Albert rivera has returned this week to the public scene but this time to talk about his book, A free citizen (Espasa, 2020), in which he reviews his political career, especially his last years at the helm of Ciudadanos. Throughout 312 pages, the former president of the party that calls himself “liberal” narrates the two investiture pacts that he closed in 2016: one frustrated, with Pedro Sánchez, and another with Mariano Rajoy, who came to offer him to be his vice president, An offer that he rejected “for a matter of honesty” and because “the corruption that existed in the ranks of the PP at that time” prevented it, “according to what he reveals.
In a book, Rivera also speaks of the motion of censure of June 2018 against Rajoy, which gave the presidency to Pedro Sánchez; profusely recalls his success in the general elections of 28A 2019, and gives his particular version of why, despite adding an absolute majority with the PSOE, the political situation could not be unblocked by avoiding going to new elections on 10N which were his political grave , given that Ciudadanos went from 57 to only 10 seats.
The book begins precisely with that fateful election night in which he lost 47 deputies and reveals how he forged his resignation after the debacle – which he already suspected although he never thought it would be so forceful -, confessing that he “cried” before and after announcing the The next day he said goodbye to the press, surrounded by his fellow Executive and party workers, all shocked by the “unmitigated” defeat that forced him to retire from his brief but intense political life. Rivera says that he felt “exhausted” for having had to endure “an exhausting campaign of political and media pressure on his back in recent months.” And his retirement ensures that he has returned “happiness.”
According to him, the fault that a pact between the PSOE and Ciudadanos could not be consummated after April 28, when Ciudadanos won 57 seats and the PSOE 123, was exclusively held by Sánchez, who “had drawn up a strategy since the beginning of summer to go to a second election. ” “The Socialists played their cards well. They put Podemos against the wall and made us seem guilty of the electoral repetition before public opinion,” he says. Regarding those crucial moments in his political life, he admits that he made “two mistakes”: “Not having previously made that strategy clear to public opinion, that the acting president did not want any agreement with us,” and, later, “open the hand publicly to negotiate the reforms of State, not only with the PP, but also with the PSOE in exchange for unblocking the situation after 10N “.
The motion of censure to Rajoy
But what really seems to haunt him is the motion of censure that Pedro Sánchez filed against Mariano Rajoy after the ruling in the Gürtel case, an episode that he returns to several times in the book, and which he describes as “one of the milestones in the recent history of our country”. Rivera regrets that Sánchez did not notify him of his intentions and assures that he is convinced that the socialist leader “did not really want” his support, “not even our abstention.”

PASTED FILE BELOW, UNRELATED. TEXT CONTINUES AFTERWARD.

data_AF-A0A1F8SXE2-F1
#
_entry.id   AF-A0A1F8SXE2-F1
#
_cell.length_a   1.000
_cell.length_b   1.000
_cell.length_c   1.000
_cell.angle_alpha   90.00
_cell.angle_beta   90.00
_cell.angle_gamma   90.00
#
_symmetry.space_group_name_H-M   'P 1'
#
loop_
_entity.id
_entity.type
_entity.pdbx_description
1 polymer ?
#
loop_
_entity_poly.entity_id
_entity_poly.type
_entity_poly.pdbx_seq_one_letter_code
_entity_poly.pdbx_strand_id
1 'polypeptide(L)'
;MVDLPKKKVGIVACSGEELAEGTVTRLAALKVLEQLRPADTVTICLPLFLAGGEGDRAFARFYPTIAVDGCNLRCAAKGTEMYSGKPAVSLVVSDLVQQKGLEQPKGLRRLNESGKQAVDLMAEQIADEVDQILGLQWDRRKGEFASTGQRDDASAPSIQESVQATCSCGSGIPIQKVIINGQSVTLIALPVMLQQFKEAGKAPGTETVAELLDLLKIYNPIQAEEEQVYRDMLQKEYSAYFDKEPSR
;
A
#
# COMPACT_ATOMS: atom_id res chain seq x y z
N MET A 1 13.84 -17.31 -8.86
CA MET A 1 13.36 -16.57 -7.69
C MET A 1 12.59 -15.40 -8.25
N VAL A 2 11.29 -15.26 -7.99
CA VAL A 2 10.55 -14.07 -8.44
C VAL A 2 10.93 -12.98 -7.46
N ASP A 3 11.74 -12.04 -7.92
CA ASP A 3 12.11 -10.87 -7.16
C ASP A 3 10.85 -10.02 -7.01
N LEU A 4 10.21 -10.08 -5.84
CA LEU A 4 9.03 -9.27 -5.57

The former president of Ciudadanos does not admit mistakes in strategy and blames Rajoy for “not calling elections and enduring the downpour without moving.” According to him, that allowed the motion to succeed. “Seen from a distance, I think that deep down Rajoy and the PP leadership were more concerned with the survival of their party than with the fact that Sánchez came to power.” “The polls – he adds – said that Ciudadanos surpassed the PP in voting intention, so early elections scared them,” so “they preferred to lose the Government and oppose the PSOE,” he says.
The reason why Ciudadanos voted against the motion of censure was “especially for the partners who accompanied the PSOE”, whom it labels as “populists, separatists and nationalists.” “We would only have voted in favor if Sánchez had promised to call early elections immediately,” he says in the book, but “the socialists responded that they were not willing to do so and that they wanted to remain in government without setting an electoral date.” This statement is not exact because, later, Rivera himself accused Sánchez of “lying to the Spaniards” and of coming to power “through the back door”, promising in his inauguration speech a forthcoming election that he did not set a date for. concrete.
That motion and that bitter debate put a “full stop” to Rivera’s already deteriorating relationship with the leader of the PSOE, and this is recognized in the ex-leader of Ciudadanos. A relationship that was “from more to less”, unlike that of Rajoy who, according to what he says, was “from less to more.”
The relationship with Iglesias, Casado and Abascal
Throughout the narrative he also refers to his relationships with Pablo Iglesias, “marked by contrasts”, emphasizing that both are “ideologically situated at the antipodes”: “Our disagreement was the result of mutual misgivings and the occasional entry. dirty, “says Rivera, without hiding that he was very upset that he called him a” fascist “from the rostrum of Congress. De Pablo Casado regrets that his party and Ciudadanos did not add enough seats to form a government in April 2019 because he is sure that he would have been a “reasonable” Executive. About Santiago Abascal, he says that “it is difficult for him to recognize the Abascal that I met years ago in the Basque Country.”
He also makes a review of the main leaders of Catalonia, against whom he attacks and is very hard. From Artur Mas or Carles Puigdemont, on whom he considers that he has shown “a cowardice difficult to overcome”, to the current president of the Generalitat, Quim Torra, whom he does not hesitate to describe as an “ultra-conservative man” or as a “fond of speeches. xenophobes “. He treated Pujol little but talks about him and his family profusely in the book. Rivera says that in the face of the “docility” shown by the spokesmen of the groups when the former president appeared in Parliament to give explanations about his tax fraud and illicit enrichment, he was the only spokesman who put him on the ropes. Faced with his ‘arrogance’, when his turn comes he remembers that he snapped at him: “I do not accept that he is scolding me because I do not accept that neither my father is scolding me.”